There is no shortage of change models being pushed by authors and consultants. Each claims their supporters and detractors. I have one as well. It is the latest iteration of a model I developed and began using and presenting in 1989.
Twice in the past two weeks perspective clients have asked if I used a well-known change model that they preferred. The message in both cases was that anyone who was serious about change leadership should be using the approach that they had adopted. And, both seemed a little miffed when I explained that I had been using and presenting my model five to seven years before their preferred model was published.
So what was this magic methodology?
It doesn’t exist. Each of these organizations had bought into a different well-known model as the only effective way to lead a change.
The elements contained in one model are contained in the other. Both have all the elements contained in my model. And, all can be linked back to the writing of Kurt Lewin in the 1950’s. In fact, Lewin’s writing on Field Theory even influenced the philosophical teachings of Yoda in “Star Wars.”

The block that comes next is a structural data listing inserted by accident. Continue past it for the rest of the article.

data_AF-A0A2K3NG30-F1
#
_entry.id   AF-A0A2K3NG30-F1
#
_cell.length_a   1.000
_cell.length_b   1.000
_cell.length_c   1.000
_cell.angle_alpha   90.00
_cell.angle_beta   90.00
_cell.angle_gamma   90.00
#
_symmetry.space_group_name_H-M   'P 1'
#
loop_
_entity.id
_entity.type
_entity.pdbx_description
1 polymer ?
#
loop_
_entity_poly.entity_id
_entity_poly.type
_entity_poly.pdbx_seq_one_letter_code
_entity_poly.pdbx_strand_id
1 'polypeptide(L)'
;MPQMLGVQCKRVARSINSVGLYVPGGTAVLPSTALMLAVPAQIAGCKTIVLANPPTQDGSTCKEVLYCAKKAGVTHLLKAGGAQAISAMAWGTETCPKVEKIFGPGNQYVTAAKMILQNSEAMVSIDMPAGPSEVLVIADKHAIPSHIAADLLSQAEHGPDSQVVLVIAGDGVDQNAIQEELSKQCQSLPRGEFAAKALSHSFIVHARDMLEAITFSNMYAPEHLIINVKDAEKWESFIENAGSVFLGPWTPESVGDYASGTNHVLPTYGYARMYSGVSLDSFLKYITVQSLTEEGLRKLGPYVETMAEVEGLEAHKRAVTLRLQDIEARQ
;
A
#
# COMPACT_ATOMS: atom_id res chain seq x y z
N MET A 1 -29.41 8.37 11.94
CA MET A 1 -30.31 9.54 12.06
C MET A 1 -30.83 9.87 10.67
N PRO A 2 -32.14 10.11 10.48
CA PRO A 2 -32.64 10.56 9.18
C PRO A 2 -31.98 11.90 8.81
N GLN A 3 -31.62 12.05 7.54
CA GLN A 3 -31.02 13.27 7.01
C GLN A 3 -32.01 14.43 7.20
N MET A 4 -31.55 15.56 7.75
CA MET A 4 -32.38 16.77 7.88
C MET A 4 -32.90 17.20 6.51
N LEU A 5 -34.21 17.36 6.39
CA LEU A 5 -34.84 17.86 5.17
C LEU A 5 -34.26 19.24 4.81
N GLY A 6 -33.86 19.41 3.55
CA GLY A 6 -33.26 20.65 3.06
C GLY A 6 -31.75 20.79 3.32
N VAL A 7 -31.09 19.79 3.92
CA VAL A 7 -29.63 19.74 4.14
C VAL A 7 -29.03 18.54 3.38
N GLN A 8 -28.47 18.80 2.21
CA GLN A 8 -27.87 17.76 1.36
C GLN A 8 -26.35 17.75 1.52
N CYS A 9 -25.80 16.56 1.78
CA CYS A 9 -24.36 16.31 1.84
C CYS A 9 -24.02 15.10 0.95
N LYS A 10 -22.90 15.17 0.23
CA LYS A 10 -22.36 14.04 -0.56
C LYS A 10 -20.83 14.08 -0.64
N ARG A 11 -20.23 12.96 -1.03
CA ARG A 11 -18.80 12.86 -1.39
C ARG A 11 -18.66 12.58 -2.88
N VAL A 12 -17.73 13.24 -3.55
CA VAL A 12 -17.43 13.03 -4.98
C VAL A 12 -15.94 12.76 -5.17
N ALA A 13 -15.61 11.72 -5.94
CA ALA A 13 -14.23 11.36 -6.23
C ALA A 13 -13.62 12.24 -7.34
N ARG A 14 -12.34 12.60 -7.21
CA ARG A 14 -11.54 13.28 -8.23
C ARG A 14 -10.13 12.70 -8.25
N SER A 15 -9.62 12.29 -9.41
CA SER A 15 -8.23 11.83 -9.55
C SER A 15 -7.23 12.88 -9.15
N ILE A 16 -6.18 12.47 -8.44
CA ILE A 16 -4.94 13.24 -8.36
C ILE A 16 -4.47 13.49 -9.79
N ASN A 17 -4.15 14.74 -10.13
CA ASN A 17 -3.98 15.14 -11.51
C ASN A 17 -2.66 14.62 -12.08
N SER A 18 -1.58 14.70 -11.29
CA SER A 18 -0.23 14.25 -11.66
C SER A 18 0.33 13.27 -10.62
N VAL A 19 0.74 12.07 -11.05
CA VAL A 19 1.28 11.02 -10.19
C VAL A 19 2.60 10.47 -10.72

Despite all of the hoopla over change models, the fact remains that over 70 percent of change efforts fail to deliver their desired result. There is no definitive research that suggests the superiority of one model over another. The obvious deduction is that the success of any change effort has much less to do with the model and much more to do with the care leaders take in using it to influence change.
If you like my model, please use it (with credit of course). If another model appeals to you, use that one. Or, you can make up your own – just make sure that you acknowledge the work of Kurt Lewin.
Most important, remember that at the end of the day your change is most likely to succeed if leaders actively and consistently:
- Build a sense of urgency and support
- Provide the time, tools, and skills to make sure the change is done right
- Create ownership and buy-in from others
- Communicate and pay attention to the results that they want
- Make the future come alive for others
It’s not complex. It is the hard work of leading change.